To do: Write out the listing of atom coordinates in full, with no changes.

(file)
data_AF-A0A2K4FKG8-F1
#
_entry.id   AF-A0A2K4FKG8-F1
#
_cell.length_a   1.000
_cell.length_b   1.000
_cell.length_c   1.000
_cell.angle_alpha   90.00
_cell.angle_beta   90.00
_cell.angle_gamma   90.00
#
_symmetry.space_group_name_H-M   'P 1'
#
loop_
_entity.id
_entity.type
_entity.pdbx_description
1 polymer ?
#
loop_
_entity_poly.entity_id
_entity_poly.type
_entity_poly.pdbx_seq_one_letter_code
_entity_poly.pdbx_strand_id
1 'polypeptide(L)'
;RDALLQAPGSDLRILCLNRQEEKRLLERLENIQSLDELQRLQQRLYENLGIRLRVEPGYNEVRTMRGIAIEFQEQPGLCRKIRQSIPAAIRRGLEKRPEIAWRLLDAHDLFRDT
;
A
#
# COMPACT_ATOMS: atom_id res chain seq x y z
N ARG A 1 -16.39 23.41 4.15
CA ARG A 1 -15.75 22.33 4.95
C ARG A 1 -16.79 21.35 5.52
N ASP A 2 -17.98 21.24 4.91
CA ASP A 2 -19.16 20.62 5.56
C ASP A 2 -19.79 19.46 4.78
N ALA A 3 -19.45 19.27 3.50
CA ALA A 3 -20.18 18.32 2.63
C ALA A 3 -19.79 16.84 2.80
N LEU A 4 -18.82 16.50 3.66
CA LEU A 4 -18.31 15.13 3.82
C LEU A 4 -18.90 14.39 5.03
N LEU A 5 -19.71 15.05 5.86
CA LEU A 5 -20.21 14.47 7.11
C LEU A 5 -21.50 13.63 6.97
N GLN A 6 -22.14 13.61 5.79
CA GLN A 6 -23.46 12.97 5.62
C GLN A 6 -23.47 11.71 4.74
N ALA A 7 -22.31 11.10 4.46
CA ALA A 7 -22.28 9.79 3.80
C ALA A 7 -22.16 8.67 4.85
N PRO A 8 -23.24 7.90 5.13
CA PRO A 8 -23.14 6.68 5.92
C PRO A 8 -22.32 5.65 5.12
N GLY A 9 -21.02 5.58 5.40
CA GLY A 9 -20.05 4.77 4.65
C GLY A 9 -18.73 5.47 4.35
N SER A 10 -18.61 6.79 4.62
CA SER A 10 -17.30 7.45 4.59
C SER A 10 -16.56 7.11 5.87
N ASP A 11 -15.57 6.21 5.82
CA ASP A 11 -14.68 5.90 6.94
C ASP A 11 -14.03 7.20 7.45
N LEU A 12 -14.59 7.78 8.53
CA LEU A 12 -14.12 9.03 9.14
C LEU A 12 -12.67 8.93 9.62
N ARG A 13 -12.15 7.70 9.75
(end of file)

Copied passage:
data_AF-A0A2K4FKG8-F1
#
_entry.id   AF-A0A2K4FKG8-F1
#
_cell.length_a   1.000
_cell.length_b   1.000
_cell.length_c   1.000
_cell.angle_alpha   90.00
_cell.angle_beta   90.00
_cell.angle_gamma   90.00
#
_symmetry.space_group_name_H-M   'P 1'
#
loop_
_entity.id
_entity.type
_entity.pdbx_description
1 polymer ?
#
loop_
_entity_poly.entity_id
_entity_poly.type
_entity_poly.pdbx_seq_one_letter_code
_entity_poly.pdbx_strand_id
1 'polypeptide(L)'
;RDALLQAPGSDLRILCLNRQEEKRLLERLENIQSLDELQRLQQRLYENLGIRLRVEPGYNEVRTMRGIAIEFQEQPGLCRKIRQSIPAAIRRGLEKRPEIAWRLLDAHDLFRDT
;
A
#
# COMPACT_ATOMS: atom_id res chain seq x y z
N ARG A 1 -16.39 23.41 4.15
CA ARG A 1 -15.75 22.33 4.95
C ARG A 1 -16.79 21.35 5.52
N ASP A 2 -17.98 21.24 4.91
CA ASP A 2 -19.16 20.62 5.56
C ASP A 2 -19.79 19.46 4.78
N ALA A 3 -19.45 19.27 3.50
CA ALA A 3 -20.18 18.32 2.63
C ALA A 3 -19.79 16.84 2.80
N LEU A 4 -18.82 16.50 3.66
CA LEU A 4 -18.31 15.13 3.82
C LEU A 4 -18.90 14.39 5.03
N LEU A 5 -19.71 15.05 5.86
CA LEU A 5 -20.21 14.47 7.11
C LEU A 5 -21.50 13.63 6.97
N GLN A 6 -22.14 13.61 5.79
CA GLN A 6 -23.46 12.97 5.62
C GLN A 6 -23.47 11.71 4.74
N ALA A 7 -22.31 11.10 4.46
CA ALA A 7 -22.28 9.79 3.80
C ALA A 7 -22.16 8.67 4.85
N PRO A 8 -23.24 7.90 5.13
CA PRO A 8 -23.14 6.68 5.92
C PRO A 8 -22.32 5.65 5.12
N GLY A 9 -21.02 5.58 5.40
CA GLY A 9 -20.05 4.77 4.65
C GLY A 9 -18.73 5.47 4.35
N SER A 10 -18.61 6.79 4.62
CA SER A 10 -17.30 7.45 4.59
C SER A 10 -16.56 7.11 5.87
N ASP A 11 -15.57 6.21 5.82
CA ASP A 11 -14.68 5.90 6.94
C ASP A 11 -14.03 7.20 7.45
N LEU A 12 -14.59 7.78 8.53
CA LEU A 12 -14.12 9.03 9.14
C LEU A 12 -12.67 8.93 9.62
N ARG A 13 -12.15 7.70 9.75